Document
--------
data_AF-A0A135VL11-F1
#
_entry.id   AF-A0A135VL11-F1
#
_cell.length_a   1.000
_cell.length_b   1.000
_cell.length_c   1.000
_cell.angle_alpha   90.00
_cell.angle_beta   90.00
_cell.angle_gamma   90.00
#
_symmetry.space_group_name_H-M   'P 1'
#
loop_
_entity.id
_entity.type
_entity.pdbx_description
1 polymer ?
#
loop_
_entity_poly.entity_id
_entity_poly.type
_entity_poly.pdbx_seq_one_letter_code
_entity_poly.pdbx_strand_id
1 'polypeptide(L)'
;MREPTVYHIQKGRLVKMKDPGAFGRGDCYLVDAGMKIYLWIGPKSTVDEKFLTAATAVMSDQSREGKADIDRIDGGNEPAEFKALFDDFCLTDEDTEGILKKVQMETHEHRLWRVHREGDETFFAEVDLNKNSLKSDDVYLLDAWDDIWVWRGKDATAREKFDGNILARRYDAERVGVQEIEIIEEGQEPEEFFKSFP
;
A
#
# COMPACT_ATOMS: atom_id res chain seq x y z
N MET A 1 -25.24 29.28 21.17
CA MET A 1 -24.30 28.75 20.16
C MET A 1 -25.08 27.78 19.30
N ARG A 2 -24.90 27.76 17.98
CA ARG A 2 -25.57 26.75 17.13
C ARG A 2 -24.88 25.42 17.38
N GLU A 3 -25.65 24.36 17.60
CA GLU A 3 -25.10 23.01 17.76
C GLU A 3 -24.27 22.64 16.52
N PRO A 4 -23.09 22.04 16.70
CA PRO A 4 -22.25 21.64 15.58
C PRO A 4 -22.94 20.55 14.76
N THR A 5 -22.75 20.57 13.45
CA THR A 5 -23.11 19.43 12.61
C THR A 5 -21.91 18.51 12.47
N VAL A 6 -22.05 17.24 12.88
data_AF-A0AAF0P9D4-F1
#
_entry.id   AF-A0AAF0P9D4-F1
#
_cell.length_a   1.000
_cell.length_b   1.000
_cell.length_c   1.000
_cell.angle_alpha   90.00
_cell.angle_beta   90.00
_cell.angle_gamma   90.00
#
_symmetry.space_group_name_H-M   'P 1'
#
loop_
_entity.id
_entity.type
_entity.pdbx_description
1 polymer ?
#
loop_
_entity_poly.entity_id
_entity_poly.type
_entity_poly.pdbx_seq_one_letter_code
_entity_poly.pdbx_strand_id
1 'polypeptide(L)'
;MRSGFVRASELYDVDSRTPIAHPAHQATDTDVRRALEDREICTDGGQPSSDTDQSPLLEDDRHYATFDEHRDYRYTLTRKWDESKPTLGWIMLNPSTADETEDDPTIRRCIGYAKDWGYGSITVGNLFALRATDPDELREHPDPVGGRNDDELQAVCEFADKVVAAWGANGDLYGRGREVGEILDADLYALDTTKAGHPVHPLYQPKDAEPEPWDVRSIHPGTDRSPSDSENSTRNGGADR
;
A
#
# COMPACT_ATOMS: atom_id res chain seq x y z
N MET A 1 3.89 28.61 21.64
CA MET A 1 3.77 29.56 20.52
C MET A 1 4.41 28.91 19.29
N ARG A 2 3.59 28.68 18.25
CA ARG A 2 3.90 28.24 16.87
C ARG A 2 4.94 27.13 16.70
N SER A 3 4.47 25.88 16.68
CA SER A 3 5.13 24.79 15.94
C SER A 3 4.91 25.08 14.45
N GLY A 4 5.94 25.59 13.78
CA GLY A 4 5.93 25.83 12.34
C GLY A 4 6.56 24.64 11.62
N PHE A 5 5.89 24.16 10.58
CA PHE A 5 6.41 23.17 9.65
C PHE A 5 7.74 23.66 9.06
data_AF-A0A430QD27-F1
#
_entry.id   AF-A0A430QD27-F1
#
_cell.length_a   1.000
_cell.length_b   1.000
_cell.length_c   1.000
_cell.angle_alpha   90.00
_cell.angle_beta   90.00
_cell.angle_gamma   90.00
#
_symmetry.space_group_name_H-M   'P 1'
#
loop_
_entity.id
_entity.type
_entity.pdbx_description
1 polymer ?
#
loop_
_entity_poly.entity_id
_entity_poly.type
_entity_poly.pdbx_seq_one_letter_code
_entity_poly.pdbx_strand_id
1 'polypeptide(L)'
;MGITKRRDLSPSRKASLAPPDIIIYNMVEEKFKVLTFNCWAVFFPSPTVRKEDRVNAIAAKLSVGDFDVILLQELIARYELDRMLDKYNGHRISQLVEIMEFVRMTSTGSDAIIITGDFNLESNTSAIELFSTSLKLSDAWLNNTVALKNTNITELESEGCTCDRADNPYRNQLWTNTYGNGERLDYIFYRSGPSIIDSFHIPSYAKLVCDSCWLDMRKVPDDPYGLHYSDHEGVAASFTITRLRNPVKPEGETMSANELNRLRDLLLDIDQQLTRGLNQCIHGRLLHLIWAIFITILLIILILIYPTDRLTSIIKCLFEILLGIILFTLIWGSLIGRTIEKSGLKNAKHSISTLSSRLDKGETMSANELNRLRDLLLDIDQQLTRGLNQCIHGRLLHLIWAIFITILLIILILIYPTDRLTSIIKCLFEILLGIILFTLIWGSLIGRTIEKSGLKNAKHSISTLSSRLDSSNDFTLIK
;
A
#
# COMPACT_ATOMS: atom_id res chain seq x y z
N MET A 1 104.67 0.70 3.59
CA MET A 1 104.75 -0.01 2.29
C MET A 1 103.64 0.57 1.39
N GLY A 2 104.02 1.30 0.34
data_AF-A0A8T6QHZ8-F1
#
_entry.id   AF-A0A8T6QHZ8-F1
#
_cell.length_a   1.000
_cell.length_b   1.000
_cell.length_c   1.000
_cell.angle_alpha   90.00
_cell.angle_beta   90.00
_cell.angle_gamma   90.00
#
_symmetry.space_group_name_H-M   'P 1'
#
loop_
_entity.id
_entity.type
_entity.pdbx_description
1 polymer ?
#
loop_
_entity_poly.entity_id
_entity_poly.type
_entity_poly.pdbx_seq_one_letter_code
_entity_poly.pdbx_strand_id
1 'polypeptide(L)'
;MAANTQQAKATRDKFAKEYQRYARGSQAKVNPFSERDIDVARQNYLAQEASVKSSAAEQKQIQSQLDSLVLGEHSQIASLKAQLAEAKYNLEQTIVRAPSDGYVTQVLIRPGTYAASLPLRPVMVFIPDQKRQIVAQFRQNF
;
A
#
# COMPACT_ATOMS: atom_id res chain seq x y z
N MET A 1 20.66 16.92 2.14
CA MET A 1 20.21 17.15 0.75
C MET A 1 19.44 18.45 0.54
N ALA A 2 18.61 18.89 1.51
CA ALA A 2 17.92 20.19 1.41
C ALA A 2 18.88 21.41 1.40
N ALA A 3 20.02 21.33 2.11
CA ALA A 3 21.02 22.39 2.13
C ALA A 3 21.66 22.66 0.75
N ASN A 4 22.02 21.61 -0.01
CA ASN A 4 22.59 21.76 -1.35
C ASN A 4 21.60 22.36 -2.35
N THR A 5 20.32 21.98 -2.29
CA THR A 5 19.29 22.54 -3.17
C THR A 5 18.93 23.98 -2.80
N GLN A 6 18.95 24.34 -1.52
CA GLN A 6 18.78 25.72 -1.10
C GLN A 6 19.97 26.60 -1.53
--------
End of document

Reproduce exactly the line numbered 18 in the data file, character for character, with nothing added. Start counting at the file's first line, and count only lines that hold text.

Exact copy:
1 polymer ?